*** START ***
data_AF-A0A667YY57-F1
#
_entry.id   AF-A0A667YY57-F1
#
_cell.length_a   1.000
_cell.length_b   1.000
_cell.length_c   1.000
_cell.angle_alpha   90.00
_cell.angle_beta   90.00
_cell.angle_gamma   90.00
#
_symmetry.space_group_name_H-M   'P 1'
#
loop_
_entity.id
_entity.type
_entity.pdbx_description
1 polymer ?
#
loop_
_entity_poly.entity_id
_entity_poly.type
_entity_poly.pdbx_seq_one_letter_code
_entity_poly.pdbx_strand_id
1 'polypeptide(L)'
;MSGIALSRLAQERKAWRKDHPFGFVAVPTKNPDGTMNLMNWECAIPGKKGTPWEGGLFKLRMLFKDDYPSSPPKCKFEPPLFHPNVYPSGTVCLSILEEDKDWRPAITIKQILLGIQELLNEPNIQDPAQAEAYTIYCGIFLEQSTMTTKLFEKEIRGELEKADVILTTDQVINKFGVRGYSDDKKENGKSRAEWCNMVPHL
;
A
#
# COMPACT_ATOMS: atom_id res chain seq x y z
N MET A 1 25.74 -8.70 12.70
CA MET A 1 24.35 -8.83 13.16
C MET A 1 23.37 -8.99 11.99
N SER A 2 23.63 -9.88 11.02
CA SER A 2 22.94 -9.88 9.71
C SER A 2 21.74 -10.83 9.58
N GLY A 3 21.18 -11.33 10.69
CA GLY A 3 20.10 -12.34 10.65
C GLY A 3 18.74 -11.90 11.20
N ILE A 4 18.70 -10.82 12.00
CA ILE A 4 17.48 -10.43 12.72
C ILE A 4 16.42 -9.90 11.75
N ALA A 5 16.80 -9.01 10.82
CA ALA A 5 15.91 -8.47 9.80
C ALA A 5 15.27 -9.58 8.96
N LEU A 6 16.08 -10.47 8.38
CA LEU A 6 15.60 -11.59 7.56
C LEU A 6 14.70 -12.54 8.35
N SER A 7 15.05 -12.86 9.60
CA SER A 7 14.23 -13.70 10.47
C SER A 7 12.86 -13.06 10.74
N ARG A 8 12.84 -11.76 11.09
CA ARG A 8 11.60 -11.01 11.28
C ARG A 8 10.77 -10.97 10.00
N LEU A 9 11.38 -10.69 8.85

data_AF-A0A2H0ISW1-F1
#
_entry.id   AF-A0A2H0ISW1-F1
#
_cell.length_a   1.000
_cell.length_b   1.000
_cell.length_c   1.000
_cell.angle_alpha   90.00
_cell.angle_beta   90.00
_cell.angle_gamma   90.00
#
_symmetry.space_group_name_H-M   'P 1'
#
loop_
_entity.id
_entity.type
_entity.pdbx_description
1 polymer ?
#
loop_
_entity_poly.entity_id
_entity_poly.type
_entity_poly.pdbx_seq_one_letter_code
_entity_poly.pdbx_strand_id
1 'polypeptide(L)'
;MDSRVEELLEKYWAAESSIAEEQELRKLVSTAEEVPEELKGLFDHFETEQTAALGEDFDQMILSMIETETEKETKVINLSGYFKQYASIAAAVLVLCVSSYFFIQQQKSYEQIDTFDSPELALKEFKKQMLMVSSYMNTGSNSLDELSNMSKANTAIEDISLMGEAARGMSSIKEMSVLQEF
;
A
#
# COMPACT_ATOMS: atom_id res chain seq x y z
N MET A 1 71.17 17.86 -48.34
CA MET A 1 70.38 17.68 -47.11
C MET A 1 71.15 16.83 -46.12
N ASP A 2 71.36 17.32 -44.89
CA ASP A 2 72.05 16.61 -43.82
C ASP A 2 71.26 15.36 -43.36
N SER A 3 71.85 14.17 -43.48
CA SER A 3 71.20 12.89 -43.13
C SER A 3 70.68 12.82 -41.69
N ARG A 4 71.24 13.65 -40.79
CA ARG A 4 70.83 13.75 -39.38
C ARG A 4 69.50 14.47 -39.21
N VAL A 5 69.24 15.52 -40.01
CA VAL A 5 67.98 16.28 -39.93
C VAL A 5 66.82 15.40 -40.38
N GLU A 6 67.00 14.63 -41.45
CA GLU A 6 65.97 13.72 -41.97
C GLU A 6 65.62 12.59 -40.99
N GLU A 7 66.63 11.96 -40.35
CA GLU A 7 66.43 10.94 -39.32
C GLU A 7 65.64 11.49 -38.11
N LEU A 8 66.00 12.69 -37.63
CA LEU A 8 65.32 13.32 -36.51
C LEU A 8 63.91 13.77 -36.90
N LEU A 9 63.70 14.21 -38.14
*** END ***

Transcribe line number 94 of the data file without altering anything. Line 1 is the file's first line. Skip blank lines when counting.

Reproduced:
C SER A 3 70.68 12.82 -41.69